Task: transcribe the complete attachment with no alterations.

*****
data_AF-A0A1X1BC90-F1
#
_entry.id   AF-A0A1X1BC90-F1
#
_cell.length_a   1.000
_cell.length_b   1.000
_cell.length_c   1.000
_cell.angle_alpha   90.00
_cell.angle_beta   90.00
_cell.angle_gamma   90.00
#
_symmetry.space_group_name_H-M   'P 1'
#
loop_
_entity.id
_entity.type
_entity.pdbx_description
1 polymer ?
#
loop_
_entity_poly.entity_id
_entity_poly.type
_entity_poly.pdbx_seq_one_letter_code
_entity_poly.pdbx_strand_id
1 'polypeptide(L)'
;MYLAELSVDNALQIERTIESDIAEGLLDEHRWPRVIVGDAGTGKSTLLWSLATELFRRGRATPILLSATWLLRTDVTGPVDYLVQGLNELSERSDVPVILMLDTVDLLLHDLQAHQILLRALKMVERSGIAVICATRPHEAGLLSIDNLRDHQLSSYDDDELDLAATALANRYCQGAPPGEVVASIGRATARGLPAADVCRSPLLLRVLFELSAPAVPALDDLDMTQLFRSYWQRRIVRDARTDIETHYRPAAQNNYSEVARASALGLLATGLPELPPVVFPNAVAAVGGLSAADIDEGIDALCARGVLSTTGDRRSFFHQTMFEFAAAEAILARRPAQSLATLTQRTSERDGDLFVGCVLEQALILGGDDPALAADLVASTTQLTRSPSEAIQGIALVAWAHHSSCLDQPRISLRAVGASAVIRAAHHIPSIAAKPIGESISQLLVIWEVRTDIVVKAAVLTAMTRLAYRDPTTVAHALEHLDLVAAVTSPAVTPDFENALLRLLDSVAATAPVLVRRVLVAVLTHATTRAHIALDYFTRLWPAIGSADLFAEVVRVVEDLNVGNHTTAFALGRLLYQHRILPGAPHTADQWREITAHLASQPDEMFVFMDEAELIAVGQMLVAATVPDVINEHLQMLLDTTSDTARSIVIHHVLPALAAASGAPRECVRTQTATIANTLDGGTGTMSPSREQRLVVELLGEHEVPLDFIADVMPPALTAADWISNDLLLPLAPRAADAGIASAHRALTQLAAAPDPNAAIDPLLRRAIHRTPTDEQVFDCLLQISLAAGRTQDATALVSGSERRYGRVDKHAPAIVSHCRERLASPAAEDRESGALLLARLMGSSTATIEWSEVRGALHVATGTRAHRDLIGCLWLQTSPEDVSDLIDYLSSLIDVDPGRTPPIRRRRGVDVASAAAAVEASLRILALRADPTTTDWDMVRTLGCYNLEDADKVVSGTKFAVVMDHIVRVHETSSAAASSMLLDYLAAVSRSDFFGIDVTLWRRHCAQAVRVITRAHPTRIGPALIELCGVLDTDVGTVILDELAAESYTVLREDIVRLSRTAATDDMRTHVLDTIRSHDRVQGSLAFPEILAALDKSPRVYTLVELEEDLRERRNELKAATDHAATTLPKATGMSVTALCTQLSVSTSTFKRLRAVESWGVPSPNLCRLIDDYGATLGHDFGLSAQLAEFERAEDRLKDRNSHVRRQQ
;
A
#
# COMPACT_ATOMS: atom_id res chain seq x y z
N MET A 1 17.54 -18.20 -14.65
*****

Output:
data_AF-A0A1X1BC90-F1
#
_entry.id   AF-A0A1X1BC90-F1
#
_cell.length_a   1.000
_cell.length_b   1.000
_cell.length_c   1.000
_cell.angle_alpha   90.00
_cell.angle_beta   90.00
_cell.angle_gamma   90.00
#
_symmetry.space_group_name_H-M   'P 1'
#
loop_
_entity.id
_entity.type
_entity.pdbx_description
1 polymer ?
#
loop_
_entity_poly.entity_id
_entity_poly.type
_entity_poly.pdbx_seq_one_letter_code
_entity_poly.pdbx_strand_id
1 'polypeptide(L)'
;MYLAELSVDNALQIERTIESDIAEGLLDEHRWPRVIVGDAGTGKSTLLWSLATELFRRGRATPILLSATWLLRTDVTGPVDYLVQGLNELSERSDVPVILMLDTVDLLLHDLQAHQILLRALKMVERSGIAVICATRPHEAGLLSIDNLRDHQLSSYDDDELDLAATALANRYCQGAPPGEVVASIGRATARGLPAADVCRSPLLLRVLFELSAPAVPALDDLDMTQLFRSYWQRRIVRDARTDIETHYRPAAQNNYSEVARASALGLLATGLPELPPVVFPNAVAAVGGLSAADIDEGIDALCARGVLSTTGDRRSFFHQTMFEFAAAEAILARRPAQSLATLTQRTSERDGDLFVGCVLEQALILGGDDPALAADLVASTTQLTRSPSEAIQGIALVAWAHHSSCLDQPRISLRAVGASAVIRAAHHIPSIAAKPIGESISQLLVIWEVRTDIVVKAAVLTAMTRLAYRDPTTVAHALEHLDLVAAVTSPAVTPDFENALLRLLDSVAATAPVLVRRVLVAVLTHATTRAHIALDYFTRLWPAIGSADLFAEVVRVVEDLNVGNHTTAFALGRLLYQHRILPGAPHTADQWREITAHLASQPDEMFVFMDEAELIAVGQMLVAATVPDVINEHLQMLLDTTSDTARSIVIHHVLPALAAASGAPRECVRTQTATIANTLDGGTGTMSPSREQRLVVELLGEHEVPLDFIADVMPPALTAADWISNDLLLPLAPRAADAGIASAHRALTQLAAAPDPNAAIDPLLRRAIHRTPTDEQVFDCLLQISLAAGRTQDATALVSGSERRYGRVDKHAPAIVSHCRERLASPAAEDRESGALLLARLMGSSTATIEWSEVRGALHVATGTRAHRDLIGCLWLQTSPEDVSDLIDYLSSLIDVDPGRTPPIRRRRGVDVASAAAAVEASLRILALRADPTTTDWDMVRTLGCYNLEDADKVVSGTKFAVVMDHIVRVHETSSAAASSMLLDYLAAVSRSDFFGIDVTLWRRHCAQAVRVITRAHPTRIGPALIELCGVLDTDVGTVILDELAAESYTVLREDIVRLSRTAATDDMRTHVLDTIRSHDRVQGSLAFPEILAALDKSPRVYTLVELEEDLRERRNELKAATDHAATTLPKATGMSVTALCTQLSVSTSTFKRLRAVESWGVPSPNLCRLIDDYGATLGHDFGLSAQLAEFERAEDRLKDRNSHVRRQQ
;
A
#
# COMPACT_ATOMS: atom_id res chain seq x y z
N MET A 1 17.54 -18.20 -14.65